Every Saturday, Creators premieres a new issue from net art platform and artist collective FELT Zine.
Brazilian new media artist TÙ.ÚK’Z, enjoys being anonymous. When he first started to learn the glitch art trade, there were very few artists releasing work under anonymous social media accounts. TÙ.ÚK’Z got his start doing freehand drawings and paintings, but when he first encountered glitch and digital art in 2013, he dropped everything he was working on and immersed himself in the online world. He became quickly infatuated with the dynamic and fast paced nature of the medium and hasn’t looked back since. Now four years later, TÙ.ÚK’Z’s sensual digital collages are the featured works in the 32nd issue of FELT Zine.
His works explore the tremendous power of the internet and social media, and their ability to connect as well as isolate users. TÙ.ÚK’Z starts each piece by navigating the internet with his wife, collecting images that interest them and go well together. His collage series for FELT features naked anime girls, fluffy rainbow clouds, and multicolored prescription drugs. After he’s assembled the image, he paints and blends them together in Photoshop. From there, he turns to a software program called Texture Maker to distort the image and apply different visual effects. He will occasionally work off of 3D scenarios and objects through programs like Cinema 4D, Zbrush, and Daz3D. TÙ.ÚK’Z cites fellow digital artists like Mitch Posada, Donnie Fredericks, and Helin Sahin as some of his major influencers.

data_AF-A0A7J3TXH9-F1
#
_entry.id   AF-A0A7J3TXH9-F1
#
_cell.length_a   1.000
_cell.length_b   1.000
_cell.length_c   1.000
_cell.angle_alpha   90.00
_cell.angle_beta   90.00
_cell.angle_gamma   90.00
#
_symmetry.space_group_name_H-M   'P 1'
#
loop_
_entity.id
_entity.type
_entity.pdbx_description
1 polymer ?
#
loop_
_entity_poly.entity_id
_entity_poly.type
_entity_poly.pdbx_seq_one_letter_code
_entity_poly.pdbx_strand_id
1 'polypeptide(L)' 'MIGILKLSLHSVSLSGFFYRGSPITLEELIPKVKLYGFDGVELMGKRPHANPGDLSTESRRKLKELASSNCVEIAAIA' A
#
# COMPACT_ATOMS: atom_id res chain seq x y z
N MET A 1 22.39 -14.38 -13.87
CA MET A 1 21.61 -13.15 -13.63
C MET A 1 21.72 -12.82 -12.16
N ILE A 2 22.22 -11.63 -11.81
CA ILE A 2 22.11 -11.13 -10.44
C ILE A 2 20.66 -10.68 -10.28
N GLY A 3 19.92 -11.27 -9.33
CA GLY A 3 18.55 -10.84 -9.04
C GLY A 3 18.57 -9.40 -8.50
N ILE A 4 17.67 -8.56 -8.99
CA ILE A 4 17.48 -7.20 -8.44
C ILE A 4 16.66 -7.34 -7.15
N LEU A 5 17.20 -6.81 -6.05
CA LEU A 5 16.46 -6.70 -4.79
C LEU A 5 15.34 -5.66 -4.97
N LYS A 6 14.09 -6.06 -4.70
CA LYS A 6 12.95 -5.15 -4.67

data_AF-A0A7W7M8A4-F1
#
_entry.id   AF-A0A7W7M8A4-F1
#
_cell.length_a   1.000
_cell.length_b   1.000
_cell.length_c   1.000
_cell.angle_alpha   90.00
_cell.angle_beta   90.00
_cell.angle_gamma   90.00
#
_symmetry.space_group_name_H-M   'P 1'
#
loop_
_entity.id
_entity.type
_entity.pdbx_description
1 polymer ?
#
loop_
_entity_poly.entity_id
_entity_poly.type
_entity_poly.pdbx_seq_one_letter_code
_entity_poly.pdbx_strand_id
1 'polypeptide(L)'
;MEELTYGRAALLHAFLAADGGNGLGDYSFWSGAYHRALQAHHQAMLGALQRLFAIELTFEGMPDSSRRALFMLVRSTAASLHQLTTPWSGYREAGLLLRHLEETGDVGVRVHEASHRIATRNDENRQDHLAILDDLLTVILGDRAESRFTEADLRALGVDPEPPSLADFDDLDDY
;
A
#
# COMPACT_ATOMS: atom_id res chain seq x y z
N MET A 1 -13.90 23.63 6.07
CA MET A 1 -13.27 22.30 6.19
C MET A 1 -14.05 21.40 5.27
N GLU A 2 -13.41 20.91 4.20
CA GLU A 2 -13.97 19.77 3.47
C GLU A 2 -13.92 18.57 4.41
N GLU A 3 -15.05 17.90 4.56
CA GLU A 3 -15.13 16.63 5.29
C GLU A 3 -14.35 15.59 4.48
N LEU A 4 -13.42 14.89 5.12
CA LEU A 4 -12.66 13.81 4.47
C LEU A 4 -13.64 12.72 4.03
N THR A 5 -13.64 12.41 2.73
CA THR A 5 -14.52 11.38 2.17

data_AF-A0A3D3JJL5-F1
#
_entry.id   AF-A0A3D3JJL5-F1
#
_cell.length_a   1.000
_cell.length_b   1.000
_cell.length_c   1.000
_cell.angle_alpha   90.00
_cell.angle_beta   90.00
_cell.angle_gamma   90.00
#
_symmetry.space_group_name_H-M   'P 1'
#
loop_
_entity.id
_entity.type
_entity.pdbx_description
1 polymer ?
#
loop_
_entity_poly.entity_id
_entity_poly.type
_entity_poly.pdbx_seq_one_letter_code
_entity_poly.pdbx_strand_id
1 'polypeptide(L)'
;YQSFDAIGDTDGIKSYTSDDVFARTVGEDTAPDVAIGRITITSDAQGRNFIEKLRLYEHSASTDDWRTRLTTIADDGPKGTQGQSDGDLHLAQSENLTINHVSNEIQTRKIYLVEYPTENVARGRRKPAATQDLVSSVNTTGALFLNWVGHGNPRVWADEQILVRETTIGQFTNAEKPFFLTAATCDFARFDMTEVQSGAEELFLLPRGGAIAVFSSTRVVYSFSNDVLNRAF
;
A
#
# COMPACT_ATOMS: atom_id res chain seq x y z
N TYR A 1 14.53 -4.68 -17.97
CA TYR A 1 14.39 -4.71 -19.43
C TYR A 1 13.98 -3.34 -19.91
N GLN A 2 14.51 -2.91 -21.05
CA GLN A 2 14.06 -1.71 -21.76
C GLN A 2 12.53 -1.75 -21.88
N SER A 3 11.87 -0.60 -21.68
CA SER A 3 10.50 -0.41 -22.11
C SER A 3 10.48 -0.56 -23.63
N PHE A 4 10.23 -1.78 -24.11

TÙ.ÚK’Z calls himself a child of the internet but cautions against the exploitive potential that comes with it. In an interview with Artslant, the artist says, “There are people with power using the internet to manipulate the masses. I think we should do everything we can to hide in our own spaces, to hack everything we can (not in bad way), to do our own internet. Not the big and corporate financial web we are in. We need a free and open source space. Maybe it is just utopia, but I might fight for that dream.”